Type I arginine methyltransferases are intervention points to unveil the oncogenic Epstein-Barr virus to the immune system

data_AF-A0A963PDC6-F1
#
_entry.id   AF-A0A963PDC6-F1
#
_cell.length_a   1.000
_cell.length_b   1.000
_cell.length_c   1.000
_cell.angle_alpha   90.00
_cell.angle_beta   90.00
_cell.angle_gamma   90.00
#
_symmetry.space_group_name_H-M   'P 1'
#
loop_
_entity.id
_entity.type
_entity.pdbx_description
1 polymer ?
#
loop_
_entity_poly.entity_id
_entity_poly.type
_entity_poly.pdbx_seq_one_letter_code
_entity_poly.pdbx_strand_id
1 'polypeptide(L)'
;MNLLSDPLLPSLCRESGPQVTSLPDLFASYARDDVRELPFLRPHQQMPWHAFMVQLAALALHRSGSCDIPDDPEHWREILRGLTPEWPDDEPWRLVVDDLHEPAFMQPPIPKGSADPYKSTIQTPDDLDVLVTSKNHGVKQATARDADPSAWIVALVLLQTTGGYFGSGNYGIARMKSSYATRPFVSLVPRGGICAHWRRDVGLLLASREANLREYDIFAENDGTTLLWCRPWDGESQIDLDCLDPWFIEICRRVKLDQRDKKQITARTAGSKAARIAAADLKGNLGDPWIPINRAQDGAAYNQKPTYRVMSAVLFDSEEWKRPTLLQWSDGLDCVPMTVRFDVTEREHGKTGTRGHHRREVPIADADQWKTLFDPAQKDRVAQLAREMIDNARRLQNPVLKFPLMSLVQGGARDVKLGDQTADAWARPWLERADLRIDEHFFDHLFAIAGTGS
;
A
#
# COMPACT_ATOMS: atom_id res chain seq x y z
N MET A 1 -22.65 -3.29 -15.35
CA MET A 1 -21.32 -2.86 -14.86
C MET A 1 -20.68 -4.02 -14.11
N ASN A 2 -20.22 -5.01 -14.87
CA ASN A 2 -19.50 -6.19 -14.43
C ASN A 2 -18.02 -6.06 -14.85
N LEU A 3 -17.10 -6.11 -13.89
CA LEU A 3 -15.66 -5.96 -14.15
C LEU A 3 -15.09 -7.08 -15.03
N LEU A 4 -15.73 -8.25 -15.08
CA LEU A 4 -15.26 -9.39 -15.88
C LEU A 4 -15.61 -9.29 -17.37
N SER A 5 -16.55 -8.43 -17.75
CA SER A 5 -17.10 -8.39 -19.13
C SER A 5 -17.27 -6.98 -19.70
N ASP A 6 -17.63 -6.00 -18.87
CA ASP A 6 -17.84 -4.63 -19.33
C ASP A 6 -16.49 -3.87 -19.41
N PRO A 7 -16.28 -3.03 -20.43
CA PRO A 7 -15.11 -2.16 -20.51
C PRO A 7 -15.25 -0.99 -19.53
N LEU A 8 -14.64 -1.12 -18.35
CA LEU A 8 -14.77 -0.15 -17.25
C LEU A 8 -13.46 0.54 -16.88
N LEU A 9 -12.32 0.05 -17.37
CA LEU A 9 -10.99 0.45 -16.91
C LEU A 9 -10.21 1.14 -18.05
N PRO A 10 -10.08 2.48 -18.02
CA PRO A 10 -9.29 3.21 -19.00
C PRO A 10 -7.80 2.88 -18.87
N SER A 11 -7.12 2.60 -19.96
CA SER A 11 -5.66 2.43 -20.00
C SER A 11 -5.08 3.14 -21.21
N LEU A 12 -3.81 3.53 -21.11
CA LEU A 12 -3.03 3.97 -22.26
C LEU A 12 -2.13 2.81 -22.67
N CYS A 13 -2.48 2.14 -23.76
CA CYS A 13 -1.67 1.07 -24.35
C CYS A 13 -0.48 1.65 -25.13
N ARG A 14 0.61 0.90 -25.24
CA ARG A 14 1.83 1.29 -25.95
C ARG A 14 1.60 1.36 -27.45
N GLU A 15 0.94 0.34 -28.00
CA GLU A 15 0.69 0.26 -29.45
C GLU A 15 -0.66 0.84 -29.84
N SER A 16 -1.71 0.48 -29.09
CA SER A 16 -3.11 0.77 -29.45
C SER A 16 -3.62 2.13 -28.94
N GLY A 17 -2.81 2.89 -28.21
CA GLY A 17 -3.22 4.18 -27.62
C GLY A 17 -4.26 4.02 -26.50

The oncogenic Epstein-Barr virus (EBV) evades the immune system but has an Achilles heel: its genome maintenance protein EBNA1. Indeed, EBNA1 is essential for viral genome maintenance but is also highly antigenic. Hence, EBV seemingly evolved a system in which the glycine–alanine repeat (GAr) of EBNA1 limits the translation of its own mRNA to the minimal level to ensure its essential function, thereby, at the same time, minimizing immune recognition. Therefore, defining intervention points at which to interfere with GAr-based inhibition of translation is an important step to trigger an immune response against EBV-carrying cancers. The host protein nucleolin (NCL) plays a critical role in this process via a direct interaction with G-quadruplexes (G4) formed in the GAr-encoding sequence of the viral EBNA1 mRNA. Here we show that the C-terminal arginine–glycine-rich (RGG) motif of NCL is crucial for its role in GAr-based inhibition of translation by mediating interaction of NCL with G4 of EBNA1 mRNA. We also show that this interaction depends on the type I arginine methyltransferase family, notably PRMT1 and PRMT3: drugs or small interfering RNA that target these enzymes prevent efficient binding of NCL on G4 of EBNA1 mRNA and relieve GAr-based inhibition of translation and of antigen presentation. Hence, this work defines type I arginine methyltransferases as therapeutic targets to interfere with EBNA1 and EBV immune evasion.